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Chronic Ankle Instability

Chronic ankle instability is a condition that can develop following repeated outward (lateral) ankle sprains. It describes a weakness and instability in the ankle that results in it being more prone to giving way and rolling out. This puts you at a greater risk of injury while performing even daily household activities as well as sporting activities.

 

What causes chronic ankle instability?

Ankle ligaments play an important role in stabilising the ankle and controlling excessive side to side motion. When we roll and sprain the ankle, one or many of these ligaments incur damage of varying degrees of severity. They become painful, inflamed, and are unable to perform their role of stabilising the ankle to their full capacity, until they heal and are rehabilitated back to full strength.

 

Unfortunately, because of the relatively common occurrence of ankle sprains, many do not seek proper treatment and rehabilitation following ankle sprains and so the ligaments don’t regain their full strength or functioning capacity. This leaves the ankle less stable, and more prone to a recurrent sprain. Every subsequent sprain further stretches and weakens the ligaments and result in chronic ankle instability. The inflammation that can occur following ankle sprains can also contribute to the progression of chronic ankle instability because of the effect that a prolonged inflammatory process can have on tissues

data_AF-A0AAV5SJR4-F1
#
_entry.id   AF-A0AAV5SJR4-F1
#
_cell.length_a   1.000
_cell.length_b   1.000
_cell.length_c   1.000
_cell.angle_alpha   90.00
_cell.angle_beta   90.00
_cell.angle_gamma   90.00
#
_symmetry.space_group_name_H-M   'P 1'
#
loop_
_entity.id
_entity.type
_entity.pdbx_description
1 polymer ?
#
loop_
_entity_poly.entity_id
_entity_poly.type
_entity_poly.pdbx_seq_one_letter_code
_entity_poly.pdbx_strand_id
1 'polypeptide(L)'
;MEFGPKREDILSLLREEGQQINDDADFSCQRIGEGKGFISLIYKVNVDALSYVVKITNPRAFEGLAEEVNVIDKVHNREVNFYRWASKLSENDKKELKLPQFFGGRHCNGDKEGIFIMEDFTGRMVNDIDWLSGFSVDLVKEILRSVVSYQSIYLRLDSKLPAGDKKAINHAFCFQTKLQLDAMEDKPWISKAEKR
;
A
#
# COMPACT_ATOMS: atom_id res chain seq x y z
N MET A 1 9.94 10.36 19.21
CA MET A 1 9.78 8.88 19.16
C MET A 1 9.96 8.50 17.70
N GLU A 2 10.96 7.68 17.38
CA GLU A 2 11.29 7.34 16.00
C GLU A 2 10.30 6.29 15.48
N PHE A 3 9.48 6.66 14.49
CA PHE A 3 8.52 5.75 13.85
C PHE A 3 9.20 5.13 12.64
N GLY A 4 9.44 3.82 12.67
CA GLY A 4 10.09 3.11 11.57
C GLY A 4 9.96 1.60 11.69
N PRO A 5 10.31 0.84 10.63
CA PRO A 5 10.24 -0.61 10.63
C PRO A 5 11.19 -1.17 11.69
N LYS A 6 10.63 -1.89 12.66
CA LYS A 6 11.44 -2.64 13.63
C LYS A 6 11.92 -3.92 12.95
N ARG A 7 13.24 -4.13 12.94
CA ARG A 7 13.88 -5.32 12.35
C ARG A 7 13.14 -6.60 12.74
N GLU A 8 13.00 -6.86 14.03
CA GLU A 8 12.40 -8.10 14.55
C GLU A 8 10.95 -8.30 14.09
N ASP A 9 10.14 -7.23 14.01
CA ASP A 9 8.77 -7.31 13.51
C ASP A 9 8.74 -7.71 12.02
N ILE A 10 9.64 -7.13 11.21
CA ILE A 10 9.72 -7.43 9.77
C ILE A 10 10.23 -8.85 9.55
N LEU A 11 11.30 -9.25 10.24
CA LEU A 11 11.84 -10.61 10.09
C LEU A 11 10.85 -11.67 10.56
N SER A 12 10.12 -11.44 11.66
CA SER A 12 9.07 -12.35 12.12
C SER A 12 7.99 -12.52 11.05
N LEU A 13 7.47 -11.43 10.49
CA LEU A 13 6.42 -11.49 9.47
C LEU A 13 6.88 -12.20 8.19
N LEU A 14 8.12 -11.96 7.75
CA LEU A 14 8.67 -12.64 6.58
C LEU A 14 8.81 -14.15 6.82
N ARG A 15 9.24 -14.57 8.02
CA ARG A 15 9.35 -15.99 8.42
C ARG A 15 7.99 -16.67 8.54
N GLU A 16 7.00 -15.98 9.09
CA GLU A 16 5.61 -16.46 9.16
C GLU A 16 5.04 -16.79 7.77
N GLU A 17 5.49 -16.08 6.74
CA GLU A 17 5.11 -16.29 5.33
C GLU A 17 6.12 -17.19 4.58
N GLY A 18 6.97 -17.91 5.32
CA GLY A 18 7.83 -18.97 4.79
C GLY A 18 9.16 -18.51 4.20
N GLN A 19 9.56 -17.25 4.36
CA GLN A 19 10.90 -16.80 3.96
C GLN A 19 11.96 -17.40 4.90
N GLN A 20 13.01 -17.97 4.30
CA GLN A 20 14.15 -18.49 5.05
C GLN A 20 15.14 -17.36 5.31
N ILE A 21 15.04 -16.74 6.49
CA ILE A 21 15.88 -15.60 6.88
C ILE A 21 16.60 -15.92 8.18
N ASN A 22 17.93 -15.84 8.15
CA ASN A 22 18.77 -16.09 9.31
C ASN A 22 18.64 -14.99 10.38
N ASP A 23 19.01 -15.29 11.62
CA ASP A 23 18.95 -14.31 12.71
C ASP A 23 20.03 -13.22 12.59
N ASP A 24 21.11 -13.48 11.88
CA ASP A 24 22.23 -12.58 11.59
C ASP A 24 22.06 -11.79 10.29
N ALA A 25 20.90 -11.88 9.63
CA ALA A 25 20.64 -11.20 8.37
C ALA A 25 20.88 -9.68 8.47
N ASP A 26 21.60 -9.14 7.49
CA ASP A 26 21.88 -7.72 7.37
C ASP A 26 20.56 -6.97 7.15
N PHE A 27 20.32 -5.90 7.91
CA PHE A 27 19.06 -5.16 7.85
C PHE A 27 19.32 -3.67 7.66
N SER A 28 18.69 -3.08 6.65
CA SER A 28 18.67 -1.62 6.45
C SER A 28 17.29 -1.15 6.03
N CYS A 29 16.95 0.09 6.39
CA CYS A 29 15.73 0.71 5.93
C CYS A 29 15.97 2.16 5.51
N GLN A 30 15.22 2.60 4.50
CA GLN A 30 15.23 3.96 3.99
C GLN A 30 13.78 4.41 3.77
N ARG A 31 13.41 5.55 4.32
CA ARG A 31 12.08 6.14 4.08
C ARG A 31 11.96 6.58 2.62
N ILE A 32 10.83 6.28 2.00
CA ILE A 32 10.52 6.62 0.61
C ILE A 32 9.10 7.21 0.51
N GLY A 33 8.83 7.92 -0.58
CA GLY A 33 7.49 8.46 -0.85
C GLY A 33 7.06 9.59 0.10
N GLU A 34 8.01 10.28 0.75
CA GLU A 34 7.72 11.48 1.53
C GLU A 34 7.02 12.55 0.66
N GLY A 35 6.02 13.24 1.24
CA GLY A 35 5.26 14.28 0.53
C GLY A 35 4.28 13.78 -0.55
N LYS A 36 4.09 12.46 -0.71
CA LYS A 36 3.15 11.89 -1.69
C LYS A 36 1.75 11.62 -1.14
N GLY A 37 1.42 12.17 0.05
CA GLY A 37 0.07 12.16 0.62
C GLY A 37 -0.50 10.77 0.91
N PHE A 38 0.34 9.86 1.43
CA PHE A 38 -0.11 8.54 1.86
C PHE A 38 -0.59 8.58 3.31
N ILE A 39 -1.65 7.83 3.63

To learn more about ankle sprains, click here.

 

What are the symptoms?

Symptoms of chronic ankle sprains can include:

  • A general feeling of instability at the ankle
  • Repeated outwards rolling of the ankle
  • Poor balance
  • Pain or discomfort in the ankle
  • Tenderness and swelling following rolling the ankle out

 

How is it treated?

Treatment focuses on returning stability and strength to the ankle joint. This may include:

  • Strengthening the ankle joint through progressive loading and retraining the muscles and ligaments
  • Balance training
  • Using orthotics to add stability and control sideways motion at the ankle
  • Assessing footwear to ensure it is helping and not hindering stability
  • Activity modification aimed at activities with a high incidence of ankle sprains while you improve the functional capacity of the ankle